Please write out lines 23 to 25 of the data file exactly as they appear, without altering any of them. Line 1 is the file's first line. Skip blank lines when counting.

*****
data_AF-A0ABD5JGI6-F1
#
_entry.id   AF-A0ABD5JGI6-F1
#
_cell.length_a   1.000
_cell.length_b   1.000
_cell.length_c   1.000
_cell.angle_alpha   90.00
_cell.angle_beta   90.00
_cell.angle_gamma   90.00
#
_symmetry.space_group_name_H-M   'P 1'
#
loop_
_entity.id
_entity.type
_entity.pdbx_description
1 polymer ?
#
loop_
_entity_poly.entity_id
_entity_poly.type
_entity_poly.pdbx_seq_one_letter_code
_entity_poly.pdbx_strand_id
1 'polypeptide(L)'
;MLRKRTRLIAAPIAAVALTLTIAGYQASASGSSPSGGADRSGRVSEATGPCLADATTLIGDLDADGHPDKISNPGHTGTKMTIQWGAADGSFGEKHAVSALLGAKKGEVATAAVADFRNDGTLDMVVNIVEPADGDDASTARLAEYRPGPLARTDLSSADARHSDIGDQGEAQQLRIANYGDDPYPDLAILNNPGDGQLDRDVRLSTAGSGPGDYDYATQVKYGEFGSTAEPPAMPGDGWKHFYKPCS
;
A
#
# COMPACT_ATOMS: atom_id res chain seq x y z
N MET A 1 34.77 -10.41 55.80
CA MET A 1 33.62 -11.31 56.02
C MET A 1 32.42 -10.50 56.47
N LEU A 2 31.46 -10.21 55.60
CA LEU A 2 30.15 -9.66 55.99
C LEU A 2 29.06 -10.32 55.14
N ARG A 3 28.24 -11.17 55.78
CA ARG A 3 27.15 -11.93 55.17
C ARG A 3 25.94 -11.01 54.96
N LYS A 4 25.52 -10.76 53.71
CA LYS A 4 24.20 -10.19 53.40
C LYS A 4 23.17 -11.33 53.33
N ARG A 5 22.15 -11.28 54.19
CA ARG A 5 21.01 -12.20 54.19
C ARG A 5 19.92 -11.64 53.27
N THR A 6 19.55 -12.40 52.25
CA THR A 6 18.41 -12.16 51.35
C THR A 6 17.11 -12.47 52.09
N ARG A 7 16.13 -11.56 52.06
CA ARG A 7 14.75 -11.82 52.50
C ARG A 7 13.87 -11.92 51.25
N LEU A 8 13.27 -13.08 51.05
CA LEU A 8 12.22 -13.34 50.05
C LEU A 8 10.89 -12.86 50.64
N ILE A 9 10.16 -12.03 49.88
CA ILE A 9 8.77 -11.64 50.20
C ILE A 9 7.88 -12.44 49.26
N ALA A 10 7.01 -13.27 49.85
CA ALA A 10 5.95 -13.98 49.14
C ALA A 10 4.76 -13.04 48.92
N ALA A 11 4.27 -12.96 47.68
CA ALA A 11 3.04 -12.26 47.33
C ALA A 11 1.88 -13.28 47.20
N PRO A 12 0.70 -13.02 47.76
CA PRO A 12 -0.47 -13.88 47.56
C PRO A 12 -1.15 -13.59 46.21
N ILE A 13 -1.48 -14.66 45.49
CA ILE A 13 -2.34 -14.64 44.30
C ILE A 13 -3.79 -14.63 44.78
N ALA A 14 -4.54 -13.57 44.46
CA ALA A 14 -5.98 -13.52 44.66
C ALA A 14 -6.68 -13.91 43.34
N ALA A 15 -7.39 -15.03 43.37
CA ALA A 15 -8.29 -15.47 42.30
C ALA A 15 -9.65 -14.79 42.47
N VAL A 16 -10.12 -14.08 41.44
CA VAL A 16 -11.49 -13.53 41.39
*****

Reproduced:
_entity_poly.pdbx_seq_one_letter_code
_entity_poly.pdbx_strand_id
1 'polypeptide(L)'